But is the chutney just an accompaniment or — in the way that it is increasingly used — an Indian counterpart to modern condiments like ketchup and mustard sauce? Chutney, really, is a concept, made in kitchens across India, a few hours — or even minutes — before a meal is served. It is the idea that no meal should lack in interest and no food should go to waste. Actor and chef Tara Deshpande says, “In many parts of India, chutney is a way to use up leftover ingredients, to enjoy seasonal ones, and, to use cheap ingredients to prepare something with lots of flavour. Often, an ingredient that was very healthy, but not too tasty, like flax seeds (agasi or javas) was turned into a chutney so that it would be palatable.”
In Indian culinary history, chutney has performed another more essential function, too. “I believe that chutneys have a strong correlation with poverty. They rule the palate in arid zones or where the land is otherwise not as fertile,” says Pant. It also became the chief accompaniment for the main carbohydrate for those whose access to food and fuel was restricted for social and economic reasons. Deshpande says, “The poor often eat bhakri, onions and lasnachi chutney (garlic chutney) in Maharashtra. The spicy, salty condiments are a way to satiate hunger by overpowering the senses, so you feel like you ate a lot, but didn’t. (It’s) a sad thought.”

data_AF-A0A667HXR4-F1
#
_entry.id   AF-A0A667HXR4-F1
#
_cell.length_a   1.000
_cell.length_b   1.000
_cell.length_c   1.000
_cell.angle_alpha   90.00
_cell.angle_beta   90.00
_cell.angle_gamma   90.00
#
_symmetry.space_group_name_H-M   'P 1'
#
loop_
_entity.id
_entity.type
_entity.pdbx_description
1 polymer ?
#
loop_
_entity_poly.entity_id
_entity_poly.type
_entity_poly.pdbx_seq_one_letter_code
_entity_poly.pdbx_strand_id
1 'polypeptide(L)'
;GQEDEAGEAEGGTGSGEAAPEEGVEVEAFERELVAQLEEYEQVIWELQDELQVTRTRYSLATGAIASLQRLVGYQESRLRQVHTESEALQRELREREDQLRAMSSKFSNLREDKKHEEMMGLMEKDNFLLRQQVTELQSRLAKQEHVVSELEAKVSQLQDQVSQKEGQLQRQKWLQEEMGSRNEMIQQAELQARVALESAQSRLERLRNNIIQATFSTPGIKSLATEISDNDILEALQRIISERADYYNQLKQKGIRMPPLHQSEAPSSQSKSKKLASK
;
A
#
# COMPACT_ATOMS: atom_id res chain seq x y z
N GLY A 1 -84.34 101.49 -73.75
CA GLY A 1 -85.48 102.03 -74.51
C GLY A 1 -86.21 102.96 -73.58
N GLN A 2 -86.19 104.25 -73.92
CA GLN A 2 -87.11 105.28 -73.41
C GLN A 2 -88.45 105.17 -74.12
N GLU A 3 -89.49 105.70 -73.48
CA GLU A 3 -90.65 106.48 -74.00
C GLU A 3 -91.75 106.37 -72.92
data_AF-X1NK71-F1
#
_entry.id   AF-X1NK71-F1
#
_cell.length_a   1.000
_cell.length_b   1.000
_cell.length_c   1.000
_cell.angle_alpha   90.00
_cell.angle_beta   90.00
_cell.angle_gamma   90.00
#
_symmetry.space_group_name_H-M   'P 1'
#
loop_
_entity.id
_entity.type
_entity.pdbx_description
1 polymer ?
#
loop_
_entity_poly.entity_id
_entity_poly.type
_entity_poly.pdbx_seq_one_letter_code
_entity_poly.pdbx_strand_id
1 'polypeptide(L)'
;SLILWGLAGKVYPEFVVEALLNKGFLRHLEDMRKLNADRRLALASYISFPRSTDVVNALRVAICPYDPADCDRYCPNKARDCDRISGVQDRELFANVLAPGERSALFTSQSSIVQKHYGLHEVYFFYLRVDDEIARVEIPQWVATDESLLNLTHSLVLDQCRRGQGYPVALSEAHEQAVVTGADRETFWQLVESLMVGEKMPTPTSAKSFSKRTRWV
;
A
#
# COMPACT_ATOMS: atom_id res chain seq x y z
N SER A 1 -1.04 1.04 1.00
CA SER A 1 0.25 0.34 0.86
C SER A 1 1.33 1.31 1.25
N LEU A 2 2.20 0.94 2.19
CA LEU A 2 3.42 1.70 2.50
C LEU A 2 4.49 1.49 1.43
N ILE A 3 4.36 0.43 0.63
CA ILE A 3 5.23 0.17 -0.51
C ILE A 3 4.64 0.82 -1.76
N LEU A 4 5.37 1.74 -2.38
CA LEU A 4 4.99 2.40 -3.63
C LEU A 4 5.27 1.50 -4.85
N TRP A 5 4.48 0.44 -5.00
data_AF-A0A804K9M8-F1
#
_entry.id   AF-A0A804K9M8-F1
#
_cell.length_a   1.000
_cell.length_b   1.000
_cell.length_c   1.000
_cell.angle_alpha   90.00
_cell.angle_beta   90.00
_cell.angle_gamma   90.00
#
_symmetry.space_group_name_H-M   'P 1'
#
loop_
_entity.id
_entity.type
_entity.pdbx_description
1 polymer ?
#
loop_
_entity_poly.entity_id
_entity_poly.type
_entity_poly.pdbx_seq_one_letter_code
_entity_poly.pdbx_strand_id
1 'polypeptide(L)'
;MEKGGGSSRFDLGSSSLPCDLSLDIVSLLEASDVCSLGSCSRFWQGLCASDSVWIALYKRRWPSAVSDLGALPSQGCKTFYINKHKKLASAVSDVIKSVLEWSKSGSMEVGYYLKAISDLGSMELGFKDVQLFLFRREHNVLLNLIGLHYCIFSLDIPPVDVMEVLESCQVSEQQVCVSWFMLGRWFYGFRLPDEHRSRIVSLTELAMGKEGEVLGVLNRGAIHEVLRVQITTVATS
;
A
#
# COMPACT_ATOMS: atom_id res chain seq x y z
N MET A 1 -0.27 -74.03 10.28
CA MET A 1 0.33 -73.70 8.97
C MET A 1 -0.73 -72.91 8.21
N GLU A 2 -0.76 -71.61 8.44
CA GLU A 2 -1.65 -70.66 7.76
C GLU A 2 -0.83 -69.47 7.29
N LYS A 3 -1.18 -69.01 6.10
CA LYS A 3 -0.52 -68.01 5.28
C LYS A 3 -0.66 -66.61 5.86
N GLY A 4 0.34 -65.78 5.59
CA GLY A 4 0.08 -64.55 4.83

Preparing chutney requires little to no fuel as it’s usually uncooked. It can be made with just a few ingredients, whether they’re foraged or grown in the backyard. In some parts of the country, this means an abundance of ingredients that can be used, even if one didn’t have the means to buy or grow them oneself. So, in Uttarakhand, in whose hilly terrain hemp grows well, various parts of the plant have been a kitchen staple and one of the signature chutneys of the region is hemp seed (bhaang) chutney. Or, take the chaprah chutney, popular in Bastar, Chhattisgarh, that is made by crushing a certain kind of red ant — found aplenty there — with other ingredients. The ants, besides adding flavour to the meal, are also an excellent source of protein.